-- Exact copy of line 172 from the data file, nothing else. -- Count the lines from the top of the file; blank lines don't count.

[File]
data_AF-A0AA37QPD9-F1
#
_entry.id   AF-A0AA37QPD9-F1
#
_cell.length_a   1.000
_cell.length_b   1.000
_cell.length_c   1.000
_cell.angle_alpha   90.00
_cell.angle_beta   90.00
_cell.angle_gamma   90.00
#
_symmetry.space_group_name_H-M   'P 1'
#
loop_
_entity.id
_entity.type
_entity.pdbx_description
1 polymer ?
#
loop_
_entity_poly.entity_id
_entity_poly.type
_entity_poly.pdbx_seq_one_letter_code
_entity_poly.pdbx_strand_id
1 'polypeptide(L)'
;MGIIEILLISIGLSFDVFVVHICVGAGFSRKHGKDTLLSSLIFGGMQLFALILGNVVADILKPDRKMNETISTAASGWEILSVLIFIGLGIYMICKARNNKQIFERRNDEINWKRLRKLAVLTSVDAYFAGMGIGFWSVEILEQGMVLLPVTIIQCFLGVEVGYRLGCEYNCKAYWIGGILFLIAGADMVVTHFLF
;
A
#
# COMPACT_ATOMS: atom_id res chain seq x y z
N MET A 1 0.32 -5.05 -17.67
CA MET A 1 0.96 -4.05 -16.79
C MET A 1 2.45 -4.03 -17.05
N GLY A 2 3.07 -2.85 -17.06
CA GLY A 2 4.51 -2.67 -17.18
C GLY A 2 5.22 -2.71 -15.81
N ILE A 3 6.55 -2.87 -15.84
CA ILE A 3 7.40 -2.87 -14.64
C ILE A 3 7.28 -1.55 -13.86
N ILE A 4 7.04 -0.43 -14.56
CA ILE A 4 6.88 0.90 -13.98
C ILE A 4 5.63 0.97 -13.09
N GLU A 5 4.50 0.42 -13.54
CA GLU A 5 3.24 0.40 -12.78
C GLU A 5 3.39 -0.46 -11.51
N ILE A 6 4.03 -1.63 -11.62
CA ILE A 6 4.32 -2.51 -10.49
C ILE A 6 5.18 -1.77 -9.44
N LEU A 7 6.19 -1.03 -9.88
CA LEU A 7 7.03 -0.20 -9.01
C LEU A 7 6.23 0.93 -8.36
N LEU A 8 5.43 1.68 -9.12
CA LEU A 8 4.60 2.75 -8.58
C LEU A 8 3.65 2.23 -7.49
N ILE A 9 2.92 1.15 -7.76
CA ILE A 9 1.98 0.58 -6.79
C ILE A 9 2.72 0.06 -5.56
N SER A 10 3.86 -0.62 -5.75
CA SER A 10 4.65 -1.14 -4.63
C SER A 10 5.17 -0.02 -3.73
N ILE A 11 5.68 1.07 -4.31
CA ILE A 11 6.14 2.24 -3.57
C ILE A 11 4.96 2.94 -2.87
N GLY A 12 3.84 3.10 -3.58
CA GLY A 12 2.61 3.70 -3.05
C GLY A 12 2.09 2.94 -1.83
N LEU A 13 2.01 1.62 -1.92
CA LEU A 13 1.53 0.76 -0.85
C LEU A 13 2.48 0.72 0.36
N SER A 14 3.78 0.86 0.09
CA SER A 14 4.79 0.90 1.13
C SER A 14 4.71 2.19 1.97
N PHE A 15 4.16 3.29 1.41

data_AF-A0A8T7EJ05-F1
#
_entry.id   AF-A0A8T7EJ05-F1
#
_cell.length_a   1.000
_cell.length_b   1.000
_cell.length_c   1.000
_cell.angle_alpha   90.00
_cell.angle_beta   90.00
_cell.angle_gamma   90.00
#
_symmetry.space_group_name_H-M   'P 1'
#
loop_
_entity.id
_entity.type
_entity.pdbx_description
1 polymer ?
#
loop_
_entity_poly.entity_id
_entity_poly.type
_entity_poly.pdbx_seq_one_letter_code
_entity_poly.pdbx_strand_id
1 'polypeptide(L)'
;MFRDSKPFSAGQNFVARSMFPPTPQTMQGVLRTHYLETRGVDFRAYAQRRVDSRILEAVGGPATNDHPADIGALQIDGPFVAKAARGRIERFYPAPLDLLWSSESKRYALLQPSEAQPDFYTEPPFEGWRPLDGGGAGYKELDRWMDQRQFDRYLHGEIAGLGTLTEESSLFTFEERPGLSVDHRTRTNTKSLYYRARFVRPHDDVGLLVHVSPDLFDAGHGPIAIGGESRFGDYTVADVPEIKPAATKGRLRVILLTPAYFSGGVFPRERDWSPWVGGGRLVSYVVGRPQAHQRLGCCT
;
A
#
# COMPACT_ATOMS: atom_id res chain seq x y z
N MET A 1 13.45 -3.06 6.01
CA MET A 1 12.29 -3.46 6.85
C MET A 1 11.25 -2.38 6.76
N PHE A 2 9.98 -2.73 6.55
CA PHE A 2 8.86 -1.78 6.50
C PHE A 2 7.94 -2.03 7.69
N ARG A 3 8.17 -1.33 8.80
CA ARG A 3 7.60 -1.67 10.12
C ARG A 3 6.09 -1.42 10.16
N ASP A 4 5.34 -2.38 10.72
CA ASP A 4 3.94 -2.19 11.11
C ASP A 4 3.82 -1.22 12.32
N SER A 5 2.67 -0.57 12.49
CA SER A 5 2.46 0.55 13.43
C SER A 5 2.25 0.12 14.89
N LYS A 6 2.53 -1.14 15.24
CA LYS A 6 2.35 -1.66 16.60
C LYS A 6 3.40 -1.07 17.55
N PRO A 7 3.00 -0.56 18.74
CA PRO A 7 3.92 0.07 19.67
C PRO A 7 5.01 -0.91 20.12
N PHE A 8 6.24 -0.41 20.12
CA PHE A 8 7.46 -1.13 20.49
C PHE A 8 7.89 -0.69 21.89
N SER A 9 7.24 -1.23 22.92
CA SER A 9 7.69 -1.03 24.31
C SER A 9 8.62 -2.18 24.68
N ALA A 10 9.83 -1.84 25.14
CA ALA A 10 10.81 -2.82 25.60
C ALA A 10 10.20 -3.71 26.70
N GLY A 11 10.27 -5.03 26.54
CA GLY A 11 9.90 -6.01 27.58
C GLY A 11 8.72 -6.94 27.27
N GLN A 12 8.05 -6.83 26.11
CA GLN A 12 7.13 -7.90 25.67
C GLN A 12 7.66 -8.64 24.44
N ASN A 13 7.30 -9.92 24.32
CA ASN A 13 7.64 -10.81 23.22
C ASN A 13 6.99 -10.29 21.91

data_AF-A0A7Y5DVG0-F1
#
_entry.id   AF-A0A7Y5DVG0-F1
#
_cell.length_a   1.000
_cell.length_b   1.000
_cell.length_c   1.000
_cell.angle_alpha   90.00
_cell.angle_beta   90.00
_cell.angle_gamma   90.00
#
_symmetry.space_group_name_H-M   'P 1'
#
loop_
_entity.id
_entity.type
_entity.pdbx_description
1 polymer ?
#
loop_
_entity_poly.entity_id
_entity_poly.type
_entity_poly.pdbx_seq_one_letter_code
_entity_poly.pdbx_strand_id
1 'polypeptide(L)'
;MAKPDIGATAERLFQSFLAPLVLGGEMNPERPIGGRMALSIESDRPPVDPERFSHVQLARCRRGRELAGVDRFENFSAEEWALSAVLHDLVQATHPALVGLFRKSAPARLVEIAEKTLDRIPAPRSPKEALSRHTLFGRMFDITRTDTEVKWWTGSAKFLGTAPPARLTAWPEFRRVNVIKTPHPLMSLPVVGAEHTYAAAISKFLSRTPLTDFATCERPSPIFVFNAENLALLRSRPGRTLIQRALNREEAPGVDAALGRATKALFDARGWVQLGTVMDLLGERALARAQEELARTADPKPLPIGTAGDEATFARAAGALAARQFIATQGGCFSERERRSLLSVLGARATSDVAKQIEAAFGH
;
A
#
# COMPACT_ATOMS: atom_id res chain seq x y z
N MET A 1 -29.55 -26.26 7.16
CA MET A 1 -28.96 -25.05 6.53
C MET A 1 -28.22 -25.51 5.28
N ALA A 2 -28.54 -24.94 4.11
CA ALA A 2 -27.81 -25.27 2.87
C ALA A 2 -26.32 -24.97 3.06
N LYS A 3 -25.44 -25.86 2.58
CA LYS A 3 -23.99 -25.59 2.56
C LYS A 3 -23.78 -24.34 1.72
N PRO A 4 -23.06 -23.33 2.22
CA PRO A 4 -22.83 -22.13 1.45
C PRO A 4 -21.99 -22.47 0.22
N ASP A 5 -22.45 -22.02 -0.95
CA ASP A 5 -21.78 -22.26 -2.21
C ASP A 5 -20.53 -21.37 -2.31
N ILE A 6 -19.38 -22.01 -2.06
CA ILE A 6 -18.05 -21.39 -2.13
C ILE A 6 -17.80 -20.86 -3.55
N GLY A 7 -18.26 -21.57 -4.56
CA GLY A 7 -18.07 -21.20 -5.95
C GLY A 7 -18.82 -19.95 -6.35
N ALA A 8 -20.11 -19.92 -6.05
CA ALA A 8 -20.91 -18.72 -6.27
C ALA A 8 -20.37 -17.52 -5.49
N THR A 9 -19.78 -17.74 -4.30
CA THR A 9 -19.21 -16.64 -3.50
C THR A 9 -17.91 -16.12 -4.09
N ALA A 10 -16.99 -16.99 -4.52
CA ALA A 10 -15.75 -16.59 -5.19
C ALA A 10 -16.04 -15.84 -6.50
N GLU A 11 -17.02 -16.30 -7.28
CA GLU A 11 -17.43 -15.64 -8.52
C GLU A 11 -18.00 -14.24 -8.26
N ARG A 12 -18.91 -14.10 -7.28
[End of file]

# COMPACT_ATOMS: atom_id res chain seq x y z